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Photos courtesy Youngstown State Athletics

Youngstown State can cap Bo Pelini's homecoming with FCS title

Bo Pelini and Youngstown State have the chance to put some shine on Rust Belt football.

Thus far in college football’s FBS bowl season, the state of Ohio has replaced the “o’s” for zeroes in the win column. Pelini’s team can change that Saturday.

I The Penguins (12-3) will take on James Madison (13-1) at 12:05 ET Saturday in Frisco, Texas, for the Football Championship Subdivision national championship. For Pelini, a native of Youngstown, a victory would represent a significant resurrection of a coaching career that was never that tarnished.

Pelini won at least nine games in each of his seven seasons at Nebraska but the school fired him in November 2014. Soon after, he was hired at Youngstown State.

“Things happen for a reason,” he said last week. “At the end of the day, people make their decisions and you move on.”

The divorce was messy. A tape recording of Pelini making his final address to the Cornhuskers was made public with Pelini throwing some four-letter criticism at Nebraska athletic director Shawn Eichorst. When introduced as the Penguins coach, Pelini commented that he now has “a president who understands football, who’s going to support me — something that I don’t know if I’ve ever had.”

Pelini’s president at YSU is one Jim Tressel, the former Ohio State coach who has hired at Youngstown State about six months before Pelini arrived. Tressel coached the Penguins for 14 seasons and the school won four Division I-AA (now FCS) national championships before he left for Columbus in 2000.



But Youngstown State’s football fortunes have been has lean as the local economy has been stagnant. Before this season, YSU had made one postseason appearance in the last 15 seasons.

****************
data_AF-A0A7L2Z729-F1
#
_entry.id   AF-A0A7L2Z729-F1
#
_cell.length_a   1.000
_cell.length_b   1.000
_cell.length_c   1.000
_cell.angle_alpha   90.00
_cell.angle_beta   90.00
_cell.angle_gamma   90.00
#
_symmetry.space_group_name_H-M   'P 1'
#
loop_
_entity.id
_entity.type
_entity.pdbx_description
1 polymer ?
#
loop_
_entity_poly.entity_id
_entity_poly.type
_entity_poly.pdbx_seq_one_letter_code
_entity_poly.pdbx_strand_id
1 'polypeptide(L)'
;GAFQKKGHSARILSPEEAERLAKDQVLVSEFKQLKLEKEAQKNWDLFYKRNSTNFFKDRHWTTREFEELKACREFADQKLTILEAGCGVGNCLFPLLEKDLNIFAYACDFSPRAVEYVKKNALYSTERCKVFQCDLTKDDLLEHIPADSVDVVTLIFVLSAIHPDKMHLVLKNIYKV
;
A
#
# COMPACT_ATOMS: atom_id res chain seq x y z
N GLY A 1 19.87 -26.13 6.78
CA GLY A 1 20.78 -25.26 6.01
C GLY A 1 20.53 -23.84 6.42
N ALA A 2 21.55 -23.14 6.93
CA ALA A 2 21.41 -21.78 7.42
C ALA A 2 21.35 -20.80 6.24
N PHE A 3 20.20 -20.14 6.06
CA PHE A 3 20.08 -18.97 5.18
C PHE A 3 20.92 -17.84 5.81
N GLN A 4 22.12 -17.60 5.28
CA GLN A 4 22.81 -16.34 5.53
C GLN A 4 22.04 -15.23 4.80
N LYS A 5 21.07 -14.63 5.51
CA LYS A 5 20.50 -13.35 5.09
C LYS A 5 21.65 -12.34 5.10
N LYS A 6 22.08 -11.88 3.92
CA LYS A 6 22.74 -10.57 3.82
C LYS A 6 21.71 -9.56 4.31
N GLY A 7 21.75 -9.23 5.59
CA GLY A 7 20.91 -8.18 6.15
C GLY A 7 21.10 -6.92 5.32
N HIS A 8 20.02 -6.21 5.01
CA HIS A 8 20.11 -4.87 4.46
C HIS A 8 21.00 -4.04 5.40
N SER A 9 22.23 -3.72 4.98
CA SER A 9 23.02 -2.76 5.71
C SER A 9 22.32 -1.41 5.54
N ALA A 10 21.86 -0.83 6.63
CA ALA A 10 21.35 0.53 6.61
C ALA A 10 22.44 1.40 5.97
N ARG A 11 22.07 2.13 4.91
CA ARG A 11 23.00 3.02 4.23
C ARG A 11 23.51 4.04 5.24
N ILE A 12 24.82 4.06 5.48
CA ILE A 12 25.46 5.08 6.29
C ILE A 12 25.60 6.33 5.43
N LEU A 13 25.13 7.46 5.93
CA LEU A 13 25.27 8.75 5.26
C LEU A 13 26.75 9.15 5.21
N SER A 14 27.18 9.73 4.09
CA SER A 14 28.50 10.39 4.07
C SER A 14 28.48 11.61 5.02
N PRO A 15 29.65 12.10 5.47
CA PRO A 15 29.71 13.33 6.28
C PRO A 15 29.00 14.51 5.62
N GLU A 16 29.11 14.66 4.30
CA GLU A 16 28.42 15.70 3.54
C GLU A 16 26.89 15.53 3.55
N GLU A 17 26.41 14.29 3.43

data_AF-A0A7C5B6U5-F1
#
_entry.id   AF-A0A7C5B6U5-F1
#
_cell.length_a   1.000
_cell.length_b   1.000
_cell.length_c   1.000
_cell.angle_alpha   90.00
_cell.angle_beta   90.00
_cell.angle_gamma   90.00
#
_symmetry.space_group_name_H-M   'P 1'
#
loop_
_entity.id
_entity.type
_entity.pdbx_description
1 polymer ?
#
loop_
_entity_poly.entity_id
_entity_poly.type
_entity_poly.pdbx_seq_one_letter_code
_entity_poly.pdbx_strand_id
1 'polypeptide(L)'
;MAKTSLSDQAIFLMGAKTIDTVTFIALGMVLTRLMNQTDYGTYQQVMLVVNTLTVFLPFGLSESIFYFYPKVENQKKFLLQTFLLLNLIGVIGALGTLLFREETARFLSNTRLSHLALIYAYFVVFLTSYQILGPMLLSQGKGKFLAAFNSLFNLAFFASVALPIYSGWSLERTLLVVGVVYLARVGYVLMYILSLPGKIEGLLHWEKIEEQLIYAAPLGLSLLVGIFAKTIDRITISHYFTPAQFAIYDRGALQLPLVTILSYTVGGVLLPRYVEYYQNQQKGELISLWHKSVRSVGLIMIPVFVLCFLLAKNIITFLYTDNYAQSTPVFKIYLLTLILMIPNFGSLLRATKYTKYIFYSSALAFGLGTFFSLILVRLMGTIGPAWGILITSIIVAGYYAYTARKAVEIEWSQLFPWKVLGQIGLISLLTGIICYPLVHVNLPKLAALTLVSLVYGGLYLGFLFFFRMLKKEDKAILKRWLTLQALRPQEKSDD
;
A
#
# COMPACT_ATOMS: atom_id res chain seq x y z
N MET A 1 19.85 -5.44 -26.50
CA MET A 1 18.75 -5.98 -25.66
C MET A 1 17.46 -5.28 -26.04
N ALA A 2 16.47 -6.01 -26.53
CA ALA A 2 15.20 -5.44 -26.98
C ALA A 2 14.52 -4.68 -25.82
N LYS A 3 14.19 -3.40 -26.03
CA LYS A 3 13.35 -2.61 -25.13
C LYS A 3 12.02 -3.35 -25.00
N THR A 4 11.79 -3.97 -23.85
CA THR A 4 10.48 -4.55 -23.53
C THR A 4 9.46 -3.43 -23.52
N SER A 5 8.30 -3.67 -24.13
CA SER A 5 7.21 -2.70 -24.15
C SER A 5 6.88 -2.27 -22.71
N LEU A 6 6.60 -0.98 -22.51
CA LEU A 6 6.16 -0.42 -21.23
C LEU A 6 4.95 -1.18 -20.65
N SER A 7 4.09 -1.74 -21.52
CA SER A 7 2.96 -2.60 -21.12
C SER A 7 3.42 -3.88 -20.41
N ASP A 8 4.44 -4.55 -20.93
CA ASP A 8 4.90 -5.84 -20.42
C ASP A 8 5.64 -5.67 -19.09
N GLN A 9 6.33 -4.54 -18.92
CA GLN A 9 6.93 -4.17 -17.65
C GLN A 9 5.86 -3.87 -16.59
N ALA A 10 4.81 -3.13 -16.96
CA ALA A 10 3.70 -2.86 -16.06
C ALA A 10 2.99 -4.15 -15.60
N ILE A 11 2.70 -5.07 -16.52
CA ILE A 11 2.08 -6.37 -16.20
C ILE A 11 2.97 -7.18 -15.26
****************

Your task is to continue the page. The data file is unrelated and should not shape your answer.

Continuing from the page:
The turnaround under Pelini has happened the old-fashioned way. The Penguins run the football (seventh in FCS in rushing) and their defense is unyielding (19th in total defense). It’s the kind of football that was played under Tressel and the kind of football Ohioans appreciate.

"There's a certain culture in Youngstown — blue-collar work ethic, attention to detail,” Pelini, who recently turned 49, told the Cleveland Plain Dealer. “The way we were brought up, that equates in football to success. Nothing magical. Understand the importance of a hard day's work. Stick to your principles. And try to extend that through a football game."

The postseason march of the Penguins has been impressive. Youngstown State finished the regular season 8-3 and was an at-large selection out of the Missouri Valley Conference. YSU has won three of its four playoff games on the road, beating the No. 2 and No. 3 seeds.

The Penguins qualified for their trip to Frisco with a last-second touchdown to win at Eastern Washington, 40-38. Youngstown State completed a rally from a 31-20 fourth quarter deficit when Kevin Rader made a one-handed catch of Hunter Wells’ pass for a 5-yard touchdown. Rader trapped the ball against the back of the Eastern Washington defender. It will be a catch-of-the-decade candidate.

“One thing about this tournament is you've got to earn your way there,” Pelini said. “Everybody has their shot. You've got to make the plays when it counts. That was a heck of a catch, a big-time play. He had his opportunity and he made a play.”

Youngstown State has won six in a row. Its last loss came on Nov. 5, a 24-3 thrashing at defending national champion North Dakota State. With a 6-3 record at the time, the Penguins’ season was at a tipping point.

“I said after that game that there was a lot more out there for our team,” Pelini said. “I think we have a lot of character on our football team. And we've gone through a lot in the season together, we've faced down some adversity and been able to kind of overcome it. We play in a tough conference. You're not going to go through it unscathed. You get stressed every week.”

The stress ends Saturday with a national championship on the line.




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